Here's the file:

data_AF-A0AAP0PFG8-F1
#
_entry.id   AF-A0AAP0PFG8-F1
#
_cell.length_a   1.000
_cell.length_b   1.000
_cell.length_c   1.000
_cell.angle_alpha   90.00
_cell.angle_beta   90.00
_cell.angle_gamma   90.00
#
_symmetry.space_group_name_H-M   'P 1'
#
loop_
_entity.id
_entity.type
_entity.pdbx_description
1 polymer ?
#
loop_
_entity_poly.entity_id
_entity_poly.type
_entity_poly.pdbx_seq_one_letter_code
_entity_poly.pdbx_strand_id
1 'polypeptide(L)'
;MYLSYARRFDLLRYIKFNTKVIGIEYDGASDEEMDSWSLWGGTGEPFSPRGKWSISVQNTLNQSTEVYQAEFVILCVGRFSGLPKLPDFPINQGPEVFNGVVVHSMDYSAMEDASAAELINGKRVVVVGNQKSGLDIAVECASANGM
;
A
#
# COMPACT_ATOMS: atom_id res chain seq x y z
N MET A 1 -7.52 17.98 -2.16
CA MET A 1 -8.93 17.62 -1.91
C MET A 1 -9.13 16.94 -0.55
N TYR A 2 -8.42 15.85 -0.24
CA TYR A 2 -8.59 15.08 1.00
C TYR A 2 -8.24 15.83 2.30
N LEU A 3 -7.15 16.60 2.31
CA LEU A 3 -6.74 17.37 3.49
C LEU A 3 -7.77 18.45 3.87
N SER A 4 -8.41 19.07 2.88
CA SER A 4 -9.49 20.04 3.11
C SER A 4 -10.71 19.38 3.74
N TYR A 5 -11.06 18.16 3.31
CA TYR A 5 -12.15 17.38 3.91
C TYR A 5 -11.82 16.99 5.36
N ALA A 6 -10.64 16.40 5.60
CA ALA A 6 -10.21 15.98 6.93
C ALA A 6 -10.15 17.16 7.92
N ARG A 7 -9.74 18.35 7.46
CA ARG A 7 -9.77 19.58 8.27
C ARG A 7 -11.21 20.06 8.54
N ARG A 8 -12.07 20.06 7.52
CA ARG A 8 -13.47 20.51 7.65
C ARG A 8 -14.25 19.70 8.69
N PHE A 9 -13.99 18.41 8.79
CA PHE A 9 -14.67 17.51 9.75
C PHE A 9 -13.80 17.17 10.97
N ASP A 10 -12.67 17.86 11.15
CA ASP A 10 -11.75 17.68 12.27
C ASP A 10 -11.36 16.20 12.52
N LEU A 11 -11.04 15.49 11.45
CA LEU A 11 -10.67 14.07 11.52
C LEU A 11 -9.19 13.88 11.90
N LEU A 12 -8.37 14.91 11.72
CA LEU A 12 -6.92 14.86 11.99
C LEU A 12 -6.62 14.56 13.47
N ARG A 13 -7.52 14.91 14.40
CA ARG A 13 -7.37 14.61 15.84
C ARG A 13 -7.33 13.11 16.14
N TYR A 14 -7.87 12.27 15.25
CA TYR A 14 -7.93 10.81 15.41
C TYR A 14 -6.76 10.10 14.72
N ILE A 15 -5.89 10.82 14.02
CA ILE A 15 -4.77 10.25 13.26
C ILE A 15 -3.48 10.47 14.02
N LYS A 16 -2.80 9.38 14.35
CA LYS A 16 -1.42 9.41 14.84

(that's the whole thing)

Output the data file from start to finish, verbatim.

data_AF-A0AAP0PFG8-F1
#
_entry.id   AF-A0AAP0PFG8-F1
#
_cell.length_a   1.000
_cell.length_b   1.000
_cell.length_c   1.000
_cell.angle_alpha   90.00
_cell.angle_beta   90.00
_cell.angle_gamma   90.00
#
_symmetry.space_group_name_H-M   'P 1'
#
loop_
_entity.id
_entity.type
_entity.pdbx_description
1 polymer ?
#
loop_
_entity_poly.entity_id
_entity_poly.type
_entity_poly.pdbx_seq_one_letter_code
_entity_poly.pdbx_strand_id
1 'polypeptide(L)'
;MYLSYARRFDLLRYIKFNTKVIGIEYDGASDEEMDSWSLWGGTGEPFSPRGKWSISVQNTLNQSTEVYQAEFVILCVGRFSGLPKLPDFPINQGPEVFNGVVVHSMDYSAMEDASAAELINGKRVVVVGNQKSGLDIAVECASANGM
;
A
#
# COMPACT_ATOMS: atom_id res chain seq x y z
N MET A 1 -7.52 17.98 -2.16
CA MET A 1 -8.93 17.62 -1.91
C MET A 1 -9.13 16.94 -0.55
N TYR A 2 -8.42 15.85 -0.24
CA TYR A 2 -8.59 15.08 1.00
C TYR A 2 -8.24 15.83 2.30
N LEU A 3 -7.15 16.60 2.31
CA LEU A 3 -6.74 17.37 3.49
C LEU A 3 -7.77 18.45 3.87
N SER A 4 -8.41 19.07 2.88
CA SER A 4 -9.49 20.04 3.11
C SER A 4 -10.71 19.38 3.74
N TYR A 5 -11.06 18.16 3.31
CA TYR A 5 -12.15 17.38 3.91
C TYR A 5 -11.82 16.99 5.36
N ALA A 6 -10.64 16.40 5.60
CA ALA A 6 -10.21 15.98 6.93
C ALA A 6 -10.15 17.16 7.92
N ARG A 7 -9.74 18.35 7.46
CA ARG A 7 -9.77 19.58 8.27
C ARG A 7 -11.21 20.06 8.54
N ARG A 8 -12.07 20.06 7.52
CA ARG A 8 -13.47 20.51 7.65
C ARG A 8 -14.25 19.70 8.69
N PHE A 9 -13.99 18.41 8.79
CA PHE A 9 -14.67 17.51 9.75
C PHE A 9 -13.80 17.17 10.97
N ASP A 10 -12.67 17.86 11.15
CA ASP A 10 -11.75 17.68 12.27
C ASP A 10 -11.36 16.20 12.52
N LEU A 11 -11.04 15.49 11.45
CA LEU A 11 -10.67 14.07 11.52
C LEU A 11 -9.19 13.88 11.90
N LEU A 12 -8.37 14.91 11.72
CA LEU A 12 -6.92 14.86 11.99
C LEU A 12 -6.62 14.56 13.47
N ARG A 13 -7.52 14.91 14.40
CA ARG A 13 -7.37 14.61 15.84
C ARG A 13 -7.33 13.11 16.14
N TYR A 14 -7.87 12.27 15.25
CA TYR A 14 -7.93 10.81 15.41
C TYR A 14 -6.76 10.10 14.72
N ILE A 15 -5.89 10.82 14.02
CA ILE A 15 -4.77 10.25 13.26
C ILE A 15 -3.48 10.47 14.02
N LYS A 16 -2.80 9.38 14.35
CA LYS A 16 -1.42 9.41 14.84